Infants’ Visual Attention to Own-Race and Other-Race Faces Is Moderated by Experience With People of Different Races in Their Daily Lives

Sophie H. Arnold, Nicole Burke, Rachel A. Leshin, Marjorie Rhodes

Research output: Contribution to journalArticlepeer-review

Abstract

Infants sometimes differentially attend to faces of different races, but how this tendency develops across infancy and how it may vary for infants growing up with different exposure to racial diversity remain unclear. The present study examined the role of experiences with racial diversity on infants’ visual attention to different racial groups (specifically own-race vs. other-race groups) in the first year of life via a large-scale study of infants (N = 203; Mage = 6.9 months, range = 3–14 months; 70% White, 8% Asian, 5% Black, 12% multiracial, 4% unreported; 14% Hispanic, 86% non-Hispanic) from across the United States. We tested the role of two forms of racial diversity: that of infants’ social networks (reported by parents) and that of infants’ neighborhoods (obtained from U.S. Census data). Regardless of age, infants looked longer at other-race faces than own-race faces, but this tendency was moderated by the racial diversity of infants’ social networks. Infants with more diverse networks looked equivalently long at own-race and other-race faces, whereas those with less diverse networks looked longer at other-race faces. In contrast, infants’ looking behavior was not moderated by the diversity of their neighborhoods. Together, our research suggests that exposure to racial diversity in infants’ immediate social networks predicts how infants look to faces of different races, illustrating the context-dependent nature of the development of infants’ attention to race.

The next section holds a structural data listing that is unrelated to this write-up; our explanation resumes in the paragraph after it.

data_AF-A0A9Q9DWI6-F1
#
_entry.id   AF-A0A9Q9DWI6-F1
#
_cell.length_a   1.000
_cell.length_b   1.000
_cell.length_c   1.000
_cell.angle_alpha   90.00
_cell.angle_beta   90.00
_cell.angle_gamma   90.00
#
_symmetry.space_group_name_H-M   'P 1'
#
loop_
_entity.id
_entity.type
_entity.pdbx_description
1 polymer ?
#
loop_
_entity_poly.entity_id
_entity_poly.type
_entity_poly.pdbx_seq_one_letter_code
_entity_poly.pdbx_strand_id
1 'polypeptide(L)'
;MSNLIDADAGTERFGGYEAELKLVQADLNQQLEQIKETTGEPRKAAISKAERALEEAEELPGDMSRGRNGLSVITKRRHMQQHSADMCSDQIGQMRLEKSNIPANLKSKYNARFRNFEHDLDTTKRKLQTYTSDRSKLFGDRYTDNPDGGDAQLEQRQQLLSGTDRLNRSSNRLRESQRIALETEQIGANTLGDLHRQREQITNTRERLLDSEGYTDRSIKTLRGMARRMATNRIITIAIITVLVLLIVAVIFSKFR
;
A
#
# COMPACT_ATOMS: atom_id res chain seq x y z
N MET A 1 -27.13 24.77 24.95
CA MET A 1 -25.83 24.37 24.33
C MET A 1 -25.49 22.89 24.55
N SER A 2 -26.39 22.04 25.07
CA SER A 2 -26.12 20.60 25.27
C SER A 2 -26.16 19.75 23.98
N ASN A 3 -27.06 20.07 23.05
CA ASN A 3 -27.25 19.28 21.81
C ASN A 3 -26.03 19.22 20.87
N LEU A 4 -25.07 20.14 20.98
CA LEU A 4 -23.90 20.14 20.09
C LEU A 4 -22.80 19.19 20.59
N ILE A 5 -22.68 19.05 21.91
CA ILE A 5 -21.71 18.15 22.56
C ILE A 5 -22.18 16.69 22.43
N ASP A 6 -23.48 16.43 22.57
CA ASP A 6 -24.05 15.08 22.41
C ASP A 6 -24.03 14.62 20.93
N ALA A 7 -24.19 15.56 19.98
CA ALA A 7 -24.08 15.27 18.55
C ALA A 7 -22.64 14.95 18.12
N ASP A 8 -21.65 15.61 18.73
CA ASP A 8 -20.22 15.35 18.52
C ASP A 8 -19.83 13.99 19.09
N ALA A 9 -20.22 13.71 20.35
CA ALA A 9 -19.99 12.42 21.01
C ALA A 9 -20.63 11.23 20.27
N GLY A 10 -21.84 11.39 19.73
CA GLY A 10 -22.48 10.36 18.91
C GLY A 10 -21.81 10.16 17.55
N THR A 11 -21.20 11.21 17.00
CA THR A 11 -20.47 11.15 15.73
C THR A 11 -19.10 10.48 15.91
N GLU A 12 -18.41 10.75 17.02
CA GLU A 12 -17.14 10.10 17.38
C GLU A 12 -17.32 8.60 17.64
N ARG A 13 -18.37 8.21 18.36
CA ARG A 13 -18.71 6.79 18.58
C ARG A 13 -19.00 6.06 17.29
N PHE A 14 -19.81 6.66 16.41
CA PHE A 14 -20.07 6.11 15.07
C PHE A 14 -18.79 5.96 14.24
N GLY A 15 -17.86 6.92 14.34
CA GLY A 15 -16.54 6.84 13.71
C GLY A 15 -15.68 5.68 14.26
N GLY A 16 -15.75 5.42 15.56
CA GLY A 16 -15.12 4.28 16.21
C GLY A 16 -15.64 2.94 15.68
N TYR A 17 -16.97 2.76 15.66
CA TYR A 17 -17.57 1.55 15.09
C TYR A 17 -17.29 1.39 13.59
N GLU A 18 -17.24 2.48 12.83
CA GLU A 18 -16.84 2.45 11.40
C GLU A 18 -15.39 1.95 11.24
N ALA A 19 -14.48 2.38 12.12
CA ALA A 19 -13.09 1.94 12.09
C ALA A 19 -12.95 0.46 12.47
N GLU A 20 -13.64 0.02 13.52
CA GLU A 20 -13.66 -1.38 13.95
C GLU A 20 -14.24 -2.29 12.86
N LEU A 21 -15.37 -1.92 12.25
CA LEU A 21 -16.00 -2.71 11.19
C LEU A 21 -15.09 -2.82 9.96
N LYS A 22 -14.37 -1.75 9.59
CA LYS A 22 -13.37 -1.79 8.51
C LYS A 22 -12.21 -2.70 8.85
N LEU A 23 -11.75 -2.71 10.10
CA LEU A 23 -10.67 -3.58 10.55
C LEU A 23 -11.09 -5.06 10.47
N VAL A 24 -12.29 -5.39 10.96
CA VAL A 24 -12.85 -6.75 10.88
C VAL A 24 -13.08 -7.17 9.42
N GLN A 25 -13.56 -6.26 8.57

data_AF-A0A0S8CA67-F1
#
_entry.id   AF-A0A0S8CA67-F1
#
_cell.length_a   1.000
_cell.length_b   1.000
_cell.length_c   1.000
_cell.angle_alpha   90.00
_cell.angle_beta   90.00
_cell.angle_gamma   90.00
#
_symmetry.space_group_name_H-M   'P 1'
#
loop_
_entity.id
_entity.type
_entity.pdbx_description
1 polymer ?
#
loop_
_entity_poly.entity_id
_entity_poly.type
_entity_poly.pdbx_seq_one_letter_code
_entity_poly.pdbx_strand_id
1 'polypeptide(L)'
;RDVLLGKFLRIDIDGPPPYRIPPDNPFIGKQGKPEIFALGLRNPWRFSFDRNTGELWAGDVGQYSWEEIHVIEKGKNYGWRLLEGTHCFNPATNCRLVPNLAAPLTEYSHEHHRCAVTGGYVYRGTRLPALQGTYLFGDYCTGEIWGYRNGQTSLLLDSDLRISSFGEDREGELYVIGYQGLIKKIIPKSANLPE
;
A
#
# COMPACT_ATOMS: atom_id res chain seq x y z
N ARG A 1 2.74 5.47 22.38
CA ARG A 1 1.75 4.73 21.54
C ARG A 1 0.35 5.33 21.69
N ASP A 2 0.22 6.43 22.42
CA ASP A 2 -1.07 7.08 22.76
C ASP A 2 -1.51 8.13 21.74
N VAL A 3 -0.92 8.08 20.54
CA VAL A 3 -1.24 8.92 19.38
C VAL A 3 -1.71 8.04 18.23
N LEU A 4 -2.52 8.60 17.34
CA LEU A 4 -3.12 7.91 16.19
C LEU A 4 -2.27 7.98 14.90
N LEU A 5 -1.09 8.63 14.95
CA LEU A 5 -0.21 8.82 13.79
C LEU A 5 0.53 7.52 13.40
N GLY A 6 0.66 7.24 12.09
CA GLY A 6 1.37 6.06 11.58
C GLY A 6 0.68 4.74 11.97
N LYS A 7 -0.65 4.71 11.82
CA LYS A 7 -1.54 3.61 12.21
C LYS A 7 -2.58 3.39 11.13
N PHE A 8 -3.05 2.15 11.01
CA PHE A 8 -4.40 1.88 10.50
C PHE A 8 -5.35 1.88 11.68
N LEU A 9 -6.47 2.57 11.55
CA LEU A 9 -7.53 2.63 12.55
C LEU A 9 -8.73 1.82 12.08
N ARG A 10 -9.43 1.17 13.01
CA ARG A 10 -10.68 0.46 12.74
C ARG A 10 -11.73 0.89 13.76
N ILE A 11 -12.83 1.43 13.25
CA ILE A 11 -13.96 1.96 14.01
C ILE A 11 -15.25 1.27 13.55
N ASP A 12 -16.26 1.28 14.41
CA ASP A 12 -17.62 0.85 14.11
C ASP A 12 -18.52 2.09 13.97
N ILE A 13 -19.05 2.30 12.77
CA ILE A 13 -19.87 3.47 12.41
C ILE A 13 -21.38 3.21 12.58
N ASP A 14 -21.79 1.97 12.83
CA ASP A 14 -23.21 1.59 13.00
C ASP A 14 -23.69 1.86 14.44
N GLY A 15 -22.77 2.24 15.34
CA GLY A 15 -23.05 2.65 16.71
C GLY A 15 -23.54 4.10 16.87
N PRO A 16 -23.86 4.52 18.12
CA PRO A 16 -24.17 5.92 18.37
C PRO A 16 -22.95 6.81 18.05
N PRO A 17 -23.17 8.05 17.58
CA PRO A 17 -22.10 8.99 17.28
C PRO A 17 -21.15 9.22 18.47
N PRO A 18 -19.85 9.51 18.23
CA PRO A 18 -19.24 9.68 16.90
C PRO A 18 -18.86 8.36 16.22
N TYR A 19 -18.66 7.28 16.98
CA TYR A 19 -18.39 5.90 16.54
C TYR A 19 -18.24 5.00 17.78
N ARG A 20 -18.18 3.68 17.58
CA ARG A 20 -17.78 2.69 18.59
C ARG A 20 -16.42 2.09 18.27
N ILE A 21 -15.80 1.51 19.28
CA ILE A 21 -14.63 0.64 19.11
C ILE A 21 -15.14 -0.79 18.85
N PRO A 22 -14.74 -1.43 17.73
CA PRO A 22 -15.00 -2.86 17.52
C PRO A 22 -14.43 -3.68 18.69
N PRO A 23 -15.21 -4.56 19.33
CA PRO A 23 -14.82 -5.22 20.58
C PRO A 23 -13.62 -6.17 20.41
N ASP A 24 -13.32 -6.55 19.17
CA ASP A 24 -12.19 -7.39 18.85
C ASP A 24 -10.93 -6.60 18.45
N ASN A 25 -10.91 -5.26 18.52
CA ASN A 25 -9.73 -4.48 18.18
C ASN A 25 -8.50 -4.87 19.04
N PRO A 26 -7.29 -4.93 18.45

Original languageEnglish (US)
JournalJournal of Experimental Psychology: General
DOIs
StateAccepted/In press - 2023

Keywords

  • diversity
  • infant cognition
  • perception
  • race
  • social networks

ASJC Scopus subject areas

  • Experimental and Cognitive Psychology
  • General Psychology
  • Developmental Neuroscience

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